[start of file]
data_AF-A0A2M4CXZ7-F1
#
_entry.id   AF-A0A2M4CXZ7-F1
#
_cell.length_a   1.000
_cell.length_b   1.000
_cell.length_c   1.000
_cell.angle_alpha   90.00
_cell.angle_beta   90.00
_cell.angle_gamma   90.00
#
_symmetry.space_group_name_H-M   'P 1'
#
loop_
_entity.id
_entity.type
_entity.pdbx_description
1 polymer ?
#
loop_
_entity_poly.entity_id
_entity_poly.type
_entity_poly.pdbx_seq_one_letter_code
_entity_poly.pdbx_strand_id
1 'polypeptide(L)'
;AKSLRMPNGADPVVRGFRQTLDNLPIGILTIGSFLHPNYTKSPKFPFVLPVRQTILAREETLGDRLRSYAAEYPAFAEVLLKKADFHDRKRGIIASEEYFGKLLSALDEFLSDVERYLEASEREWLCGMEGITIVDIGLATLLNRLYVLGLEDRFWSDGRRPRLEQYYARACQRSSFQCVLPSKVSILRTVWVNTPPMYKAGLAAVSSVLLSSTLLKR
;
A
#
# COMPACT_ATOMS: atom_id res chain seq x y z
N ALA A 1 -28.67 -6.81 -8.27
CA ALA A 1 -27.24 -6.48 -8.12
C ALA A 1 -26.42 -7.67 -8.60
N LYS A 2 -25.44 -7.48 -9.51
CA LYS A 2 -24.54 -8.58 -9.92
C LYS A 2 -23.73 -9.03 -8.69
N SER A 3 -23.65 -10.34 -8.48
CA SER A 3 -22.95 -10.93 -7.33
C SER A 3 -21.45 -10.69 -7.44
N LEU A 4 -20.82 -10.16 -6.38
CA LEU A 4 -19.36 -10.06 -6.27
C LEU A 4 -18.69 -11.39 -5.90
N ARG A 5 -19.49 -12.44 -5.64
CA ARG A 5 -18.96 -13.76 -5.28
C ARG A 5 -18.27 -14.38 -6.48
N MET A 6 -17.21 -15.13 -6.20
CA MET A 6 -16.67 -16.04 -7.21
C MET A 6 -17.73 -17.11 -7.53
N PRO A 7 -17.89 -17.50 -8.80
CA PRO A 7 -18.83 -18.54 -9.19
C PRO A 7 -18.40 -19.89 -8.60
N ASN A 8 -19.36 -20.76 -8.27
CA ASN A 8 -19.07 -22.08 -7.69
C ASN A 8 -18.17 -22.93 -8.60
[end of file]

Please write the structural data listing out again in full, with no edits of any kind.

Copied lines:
data_AF-A0A2M4CXZ7-F1
#
_entry.id   AF-A0A2M4CXZ7-F1
#
_cell.length_a   1.000
_cell.length_b   1.000
_cell.length_c   1.000
_cell.angle_alpha   90.00
_cell.angle_beta   90.00
_cell.angle_gamma   90.00
#
_symmetry.space_group_name_H-M   'P 1'
#
loop_
_entity.id
_entity.type
_entity.pdbx_description
1 polymer ?
#
loop_
_entity_poly.entity_id
_entity_poly.type
_entity_poly.pdbx_seq_one_letter_code
_entity_poly.pdbx_strand_id
1 'polypeptide(L)'
;AKSLRMPNGADPVVRGFRQTLDNLPIGILTIGSFLHPNYTKSPKFPFVLPVRQTILAREETLGDRLRSYAAEYPAFAEVLLKKADFHDRKRGIIASEEYFGKLLSALDEFLSDVERYLEASEREWLCGMEGITIVDIGLATLLNRLYVLGLEDRFWSDGRRPRLEQYYARACQRSSFQCVLPSKVSILRTVWVNTPPMYKAGLAAVSSVLLSSTLLKR
;
A
#
# COMPACT_ATOMS: atom_id res chain seq x y z
N ALA A 1 -28.67 -6.81 -8.27
CA ALA A 1 -27.24 -6.48 -8.12
C ALA A 1 -26.42 -7.67 -8.60
N LYS A 2 -25.44 -7.48 -9.51
CA LYS A 2 -24.54 -8.58 -9.92
C LYS A 2 -23.73 -9.03 -8.69
N SER A 3 -23.65 -10.34 -8.48
CA SER A 3 -22.95 -10.93 -7.33
C SER A 3 -21.45 -10.69 -7.44
N LEU A 4 -20.82 -10.16 -6.38
CA LEU A 4 -19.36 -10.06 -6.27
C LEU A 4 -18.69 -11.39 -5.90
N ARG A 5 -19.49 -12.44 -5.64
CA ARG A 5 -18.96 -13.76 -5.28
C ARG A 5 -18.27 -14.38 -6.48
N MET A 6 -17.21 -15.13 -6.20
CA MET A 6 -16.67 -16.04 -7.21
C MET A 6 -17.73 -17.11 -7.53
N PRO A 7 -17.89 -17.50 -8.80
CA PRO A 7 -18.83 -18.54 -9.19
C PRO A 7 -18.40 -19.89 -8.60
N ASN A 8 -19.36 -20.76 -8.27
CA ASN A 8 -19.07 -22.08 -7.69
C ASN A 8 -18.17 -22.93 -8.60